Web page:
Building consents in the under-supplied Auckland market remain "worryingly subdued", particularly compared to the booming Canterbury region, says Westpac Institutional Bank senior economist Michael Gordon.
The pace of Auckland consents had slowed markedly in the last few months and he wasn't the only economist raising concerns. Statistics NZ yesterday released latest data which showed Canterbury building at record levels.
Christina Leung, ASB economist, said dwelling consent issuance for the year to September totalled just over 5600 in Auckland, well below the 13,000 of new houses the Auckland Council has estimated would be required annually to keep up with population growth in coming years.
Auckland and Canterbury were expected to drive construction growth in the near future. "However, there are signs that house-building demand is slowing in Auckland," Leung said, citing comments from building industry bosses about the restrictions on high loan-to-value-ratio lending which took effect from October 1. The September figures pre-date the Reserve Bank's LVR moves.
Leung noted building companies were reporting buyer concerns about a top-up in mortgage borrowing which might be needed during construction.
"The Reserve Bank acknowledged in its analysis of the effects of the high-LVR restrictions that reduced construction of new houses may be an unintended consequence of this new macro-prudential tool.
"There is the prospect that the high-LVR restrictions will negatively impact house-building demand at the margin," she said.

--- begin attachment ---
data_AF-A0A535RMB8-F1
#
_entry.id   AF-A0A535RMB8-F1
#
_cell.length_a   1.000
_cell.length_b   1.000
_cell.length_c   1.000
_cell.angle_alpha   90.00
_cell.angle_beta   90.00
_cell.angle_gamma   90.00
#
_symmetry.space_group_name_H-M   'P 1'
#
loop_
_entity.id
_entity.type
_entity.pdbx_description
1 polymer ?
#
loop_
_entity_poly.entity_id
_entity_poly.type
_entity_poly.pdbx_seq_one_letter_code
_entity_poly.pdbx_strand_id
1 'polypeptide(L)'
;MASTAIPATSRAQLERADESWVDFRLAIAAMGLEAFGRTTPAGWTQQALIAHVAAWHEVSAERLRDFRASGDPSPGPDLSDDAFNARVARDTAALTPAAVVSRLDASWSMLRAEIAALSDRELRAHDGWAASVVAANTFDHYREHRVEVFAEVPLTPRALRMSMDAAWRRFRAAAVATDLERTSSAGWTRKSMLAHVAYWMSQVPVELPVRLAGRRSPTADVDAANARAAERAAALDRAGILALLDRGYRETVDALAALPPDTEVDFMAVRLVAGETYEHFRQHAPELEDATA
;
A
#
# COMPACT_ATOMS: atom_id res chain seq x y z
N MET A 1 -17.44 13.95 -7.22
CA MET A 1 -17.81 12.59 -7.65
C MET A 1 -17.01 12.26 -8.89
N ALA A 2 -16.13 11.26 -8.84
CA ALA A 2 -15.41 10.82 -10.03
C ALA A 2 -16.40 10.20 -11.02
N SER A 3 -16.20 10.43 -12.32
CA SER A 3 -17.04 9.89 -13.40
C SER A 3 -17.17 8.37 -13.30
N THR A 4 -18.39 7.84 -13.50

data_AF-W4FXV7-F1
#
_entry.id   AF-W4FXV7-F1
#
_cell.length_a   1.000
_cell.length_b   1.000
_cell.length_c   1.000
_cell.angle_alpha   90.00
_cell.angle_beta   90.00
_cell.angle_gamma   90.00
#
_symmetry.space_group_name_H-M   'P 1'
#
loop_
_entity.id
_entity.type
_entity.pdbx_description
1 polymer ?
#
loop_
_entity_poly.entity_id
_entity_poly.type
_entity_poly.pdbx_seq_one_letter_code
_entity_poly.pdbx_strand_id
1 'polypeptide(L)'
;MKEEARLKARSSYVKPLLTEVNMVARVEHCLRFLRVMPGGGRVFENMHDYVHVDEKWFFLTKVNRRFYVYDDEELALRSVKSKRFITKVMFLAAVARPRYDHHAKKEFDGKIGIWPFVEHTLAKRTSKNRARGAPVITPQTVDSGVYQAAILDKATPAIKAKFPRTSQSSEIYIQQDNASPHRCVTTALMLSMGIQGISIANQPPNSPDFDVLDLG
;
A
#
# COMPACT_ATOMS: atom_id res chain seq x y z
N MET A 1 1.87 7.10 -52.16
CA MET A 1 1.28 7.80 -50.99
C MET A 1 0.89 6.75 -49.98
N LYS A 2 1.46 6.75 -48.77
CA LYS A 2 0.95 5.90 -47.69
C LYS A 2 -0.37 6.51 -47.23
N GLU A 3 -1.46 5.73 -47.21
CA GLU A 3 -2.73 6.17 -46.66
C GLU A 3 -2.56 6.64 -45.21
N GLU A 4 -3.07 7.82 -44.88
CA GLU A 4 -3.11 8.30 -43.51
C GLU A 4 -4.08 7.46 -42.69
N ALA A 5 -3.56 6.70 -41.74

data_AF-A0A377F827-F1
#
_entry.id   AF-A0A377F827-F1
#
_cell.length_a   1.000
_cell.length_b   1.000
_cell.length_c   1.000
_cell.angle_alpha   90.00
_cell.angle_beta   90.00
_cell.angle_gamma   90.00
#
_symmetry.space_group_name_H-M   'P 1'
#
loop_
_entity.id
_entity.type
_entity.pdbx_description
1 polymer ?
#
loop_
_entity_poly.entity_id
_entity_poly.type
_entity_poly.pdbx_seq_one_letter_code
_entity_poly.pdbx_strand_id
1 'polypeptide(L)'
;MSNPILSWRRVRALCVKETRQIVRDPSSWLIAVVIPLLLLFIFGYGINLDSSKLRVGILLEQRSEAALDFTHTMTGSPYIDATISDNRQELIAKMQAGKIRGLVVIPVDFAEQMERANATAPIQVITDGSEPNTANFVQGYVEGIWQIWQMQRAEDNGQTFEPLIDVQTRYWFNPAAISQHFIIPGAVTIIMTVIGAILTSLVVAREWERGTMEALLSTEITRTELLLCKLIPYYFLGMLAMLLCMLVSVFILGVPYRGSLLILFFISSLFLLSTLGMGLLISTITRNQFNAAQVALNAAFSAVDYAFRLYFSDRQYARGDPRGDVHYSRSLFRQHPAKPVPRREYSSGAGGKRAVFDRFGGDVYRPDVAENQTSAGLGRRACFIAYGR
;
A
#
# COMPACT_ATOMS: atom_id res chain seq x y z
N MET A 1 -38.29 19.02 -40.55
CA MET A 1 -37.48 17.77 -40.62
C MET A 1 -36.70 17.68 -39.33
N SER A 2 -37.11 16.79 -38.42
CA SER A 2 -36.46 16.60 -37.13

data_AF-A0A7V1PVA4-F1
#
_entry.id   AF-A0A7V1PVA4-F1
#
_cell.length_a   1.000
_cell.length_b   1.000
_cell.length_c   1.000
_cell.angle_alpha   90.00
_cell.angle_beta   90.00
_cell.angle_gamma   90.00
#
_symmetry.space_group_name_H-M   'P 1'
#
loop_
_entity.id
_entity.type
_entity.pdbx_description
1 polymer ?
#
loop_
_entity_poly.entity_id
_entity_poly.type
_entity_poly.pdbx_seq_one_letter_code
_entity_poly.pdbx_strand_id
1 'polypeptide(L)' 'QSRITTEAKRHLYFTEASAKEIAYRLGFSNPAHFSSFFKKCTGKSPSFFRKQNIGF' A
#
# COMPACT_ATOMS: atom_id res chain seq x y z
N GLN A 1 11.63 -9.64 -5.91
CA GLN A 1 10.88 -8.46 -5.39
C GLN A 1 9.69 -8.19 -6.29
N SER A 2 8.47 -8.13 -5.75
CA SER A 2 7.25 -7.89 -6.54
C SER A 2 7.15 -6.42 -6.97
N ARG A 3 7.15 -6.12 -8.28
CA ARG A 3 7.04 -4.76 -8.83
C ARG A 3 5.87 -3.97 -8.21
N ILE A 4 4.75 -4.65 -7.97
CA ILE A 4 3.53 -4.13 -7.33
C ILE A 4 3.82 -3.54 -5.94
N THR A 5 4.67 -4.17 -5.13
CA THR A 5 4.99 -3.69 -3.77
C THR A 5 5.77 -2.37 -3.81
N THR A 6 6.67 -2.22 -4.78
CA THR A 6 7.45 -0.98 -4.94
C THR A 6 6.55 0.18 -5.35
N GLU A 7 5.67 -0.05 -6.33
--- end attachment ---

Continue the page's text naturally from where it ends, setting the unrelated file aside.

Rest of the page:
"However, given the amount of new houses required to be built in Auckland and Canterbury we continue to expect these two regions will remain the key drivers of construction growth over the coming years."
Mark Smith, ANZ senior economist, said Auckland annual consents were gradually climbing, but at 5647 were still 24 per cent below historical averages.
Smith said the Reserve Bank did not want to see financial or price stability compromised by continued high house-price inflation, and the introduction of higher capital requirements and speed limits to high-LVR lending were expected to help slow the national housing market.
"Slowing mortgage approvals suggest some policy traction is being achieved, and the Reserve Bank will be hoping there will be minimal fallout for housing construction activity," Smith said.
Statistics NZ figures for September report parts of the sector are running hot. "The total value of all building work consented in New Zealand in the September 2013 quarter was $3.2 billion - $2.1 billion of residential building work [the highest ever value] and $1.1 billion of non-residential building work."
Consents for the Canterbury region are also at a record level. "A total of 599 new dwellings were consented in Canterbury [in September], the largest number since records began in April 1976," Statistics NZ said.
Nationally, 1860 new dwellings were approved, Auckland and Canterbury accounting for 58 per cent. The seasonally adjusted number of new dwellings, excluding apartments, rose 2.6 per cent in September, Statistics NZ said.